Corn futures dipped Monday night. Although the corn market obviously responded well to last Friday’s supportive USDA data, futures set back last night as traders recalled the current U.S. surplus. Last week’s sizeable declines in ethanol and distillers grains may also be weighing upon prices. March corn futures slid 2.5 cents to $4.32/bushel in early Tuesday action, while May lost 2.5 to $4.40/bushel.
Talk of strong exports is supporting soybeans Tuesday morning. Soybeans and meals rallied Monday in response to good export news. CBOT traders apparently view those developments as part of a general trend, so it wasn’t terribly surprising to see those markets rise again this morning. Meanwhile, Asian palm weakness is keeping pressure on oil values. March soybeans rallied 7.75 cents to $12.98/bushel early Tuesday morning, while March soyoil advanced 0.03 cents to 37.87 cents/pound, and March soymeal gained $1.8 to $423.7/ton.
The wheat markets followed corn lower overnight. Although wheat prices rallied modestly Monday, they slipped back toward three-year lows this morning. Traders were apparently reminded of the size of current global stockpiles by an announcement from Ukraine, indicating that it had boosted its estimate of its exportable supply by 1.0 million tonnes to 33 mt. March CBOT wheat futures skidded 2.0 cents to $5.715/bushel in pre-dawn Tuesday trading, and March KCBT wheat futures sagged 2.25 cents to $6.175, and March MWE futures slumped 1.25 to $6.165.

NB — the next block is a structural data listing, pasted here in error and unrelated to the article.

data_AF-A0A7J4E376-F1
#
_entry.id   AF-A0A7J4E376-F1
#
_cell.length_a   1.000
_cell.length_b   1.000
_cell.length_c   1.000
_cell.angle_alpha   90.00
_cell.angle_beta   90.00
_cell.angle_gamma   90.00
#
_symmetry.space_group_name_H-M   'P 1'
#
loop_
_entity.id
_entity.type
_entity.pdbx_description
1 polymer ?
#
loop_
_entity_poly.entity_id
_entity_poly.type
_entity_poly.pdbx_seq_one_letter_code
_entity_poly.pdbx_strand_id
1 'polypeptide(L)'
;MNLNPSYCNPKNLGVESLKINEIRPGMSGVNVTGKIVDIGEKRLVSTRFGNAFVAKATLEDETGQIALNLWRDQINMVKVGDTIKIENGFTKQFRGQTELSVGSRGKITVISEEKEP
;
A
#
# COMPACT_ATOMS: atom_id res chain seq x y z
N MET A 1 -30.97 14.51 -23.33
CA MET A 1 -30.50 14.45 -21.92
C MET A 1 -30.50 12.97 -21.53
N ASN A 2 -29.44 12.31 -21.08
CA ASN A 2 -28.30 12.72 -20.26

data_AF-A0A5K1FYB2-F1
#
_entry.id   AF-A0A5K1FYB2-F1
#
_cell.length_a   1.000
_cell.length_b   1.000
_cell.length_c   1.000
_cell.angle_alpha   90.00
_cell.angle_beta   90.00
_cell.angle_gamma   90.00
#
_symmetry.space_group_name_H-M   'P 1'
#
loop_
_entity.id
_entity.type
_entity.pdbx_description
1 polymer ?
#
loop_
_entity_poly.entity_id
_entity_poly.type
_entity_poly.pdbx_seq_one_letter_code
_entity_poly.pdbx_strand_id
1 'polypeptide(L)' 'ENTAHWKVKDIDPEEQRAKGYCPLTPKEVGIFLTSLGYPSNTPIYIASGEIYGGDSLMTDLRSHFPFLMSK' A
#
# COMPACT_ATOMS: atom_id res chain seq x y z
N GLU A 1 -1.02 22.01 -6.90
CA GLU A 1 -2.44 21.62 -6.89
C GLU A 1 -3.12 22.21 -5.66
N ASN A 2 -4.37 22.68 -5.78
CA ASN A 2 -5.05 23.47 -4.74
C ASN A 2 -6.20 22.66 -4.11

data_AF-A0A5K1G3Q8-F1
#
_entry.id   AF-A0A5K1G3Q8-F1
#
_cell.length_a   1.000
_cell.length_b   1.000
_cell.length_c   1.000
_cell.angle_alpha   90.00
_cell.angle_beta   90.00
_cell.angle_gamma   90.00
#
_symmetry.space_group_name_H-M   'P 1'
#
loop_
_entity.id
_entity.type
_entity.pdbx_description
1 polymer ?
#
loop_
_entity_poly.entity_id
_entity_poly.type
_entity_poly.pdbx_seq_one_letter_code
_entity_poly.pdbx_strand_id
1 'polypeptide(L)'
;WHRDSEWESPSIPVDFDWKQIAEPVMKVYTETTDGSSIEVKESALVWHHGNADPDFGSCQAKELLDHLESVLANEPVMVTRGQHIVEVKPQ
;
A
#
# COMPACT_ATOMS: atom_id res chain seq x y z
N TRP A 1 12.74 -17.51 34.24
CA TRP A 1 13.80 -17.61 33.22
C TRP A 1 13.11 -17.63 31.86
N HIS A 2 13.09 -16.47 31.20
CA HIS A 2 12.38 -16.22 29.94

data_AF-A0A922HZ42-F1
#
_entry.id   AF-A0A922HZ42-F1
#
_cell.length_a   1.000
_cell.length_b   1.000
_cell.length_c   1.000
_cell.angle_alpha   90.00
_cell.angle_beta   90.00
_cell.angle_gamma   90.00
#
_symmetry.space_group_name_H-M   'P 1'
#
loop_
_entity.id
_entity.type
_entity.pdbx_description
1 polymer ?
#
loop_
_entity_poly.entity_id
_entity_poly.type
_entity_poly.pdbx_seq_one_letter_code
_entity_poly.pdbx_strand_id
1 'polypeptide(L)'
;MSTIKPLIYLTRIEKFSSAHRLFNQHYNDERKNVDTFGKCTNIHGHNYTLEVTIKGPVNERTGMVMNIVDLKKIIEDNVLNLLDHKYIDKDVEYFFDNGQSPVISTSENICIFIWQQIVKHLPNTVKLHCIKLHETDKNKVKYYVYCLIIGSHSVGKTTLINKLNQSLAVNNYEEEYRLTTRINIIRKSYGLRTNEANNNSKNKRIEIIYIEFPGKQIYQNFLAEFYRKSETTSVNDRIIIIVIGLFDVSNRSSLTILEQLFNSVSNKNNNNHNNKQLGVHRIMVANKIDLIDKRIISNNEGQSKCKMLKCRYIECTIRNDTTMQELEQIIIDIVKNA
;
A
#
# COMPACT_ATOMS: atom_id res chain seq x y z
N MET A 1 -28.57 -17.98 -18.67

Cattle futures remain stuck in their recent trading range. CME cattle prices seemingly had every reason to break out to the upside over the weekend, since cash cattle and wholesale beef markets have surged to record highs. Indeed, beef prices hit fresh records yesterday. Continued strength seems likely to spark a fresh bullish move, but bulls can’t be happy with recent futures action. February cattle futures were steady at 136.65 cents/pound overnight, while April futures added just 0.02 to 137.10. Meanwhile, March feeder cattle futures edged up 0.15 cents to 166.62 cents/pound, while May was flat at 168.15.
The hog market is also struggling. Premiums built into hog futures show the industry expects a traditional seasonal advance from recent lows. Conversely, the size of the February premium is rather small by historical standards, thereby indicating uncertainty about short-term prospects. That’s also indicated by steady-lower price action last night despite firming cash and a relatively modest pork price decline Monday afternoon. February hogs stalled at 85.37 cents/pound Monday night, while June dropped 0.15 to 100.55.
Cotton set back from Monday’s highs. Ice cotton futures posted an impressive rally despite a lack of supportive news Monday. Bulls then retested the early-afternoon highs in overnight action, but proved unable to trigger a bullish breakout from the recent trading range. It would be easy to assume the market will continue trending sideways, but that certainly isn’t guaranteed. March cotton sank 0.11 cents to 83.57 cents/pound just after the sun rose over New York Tuesday, and July cotton tumbled 0.36 cents to 83.38.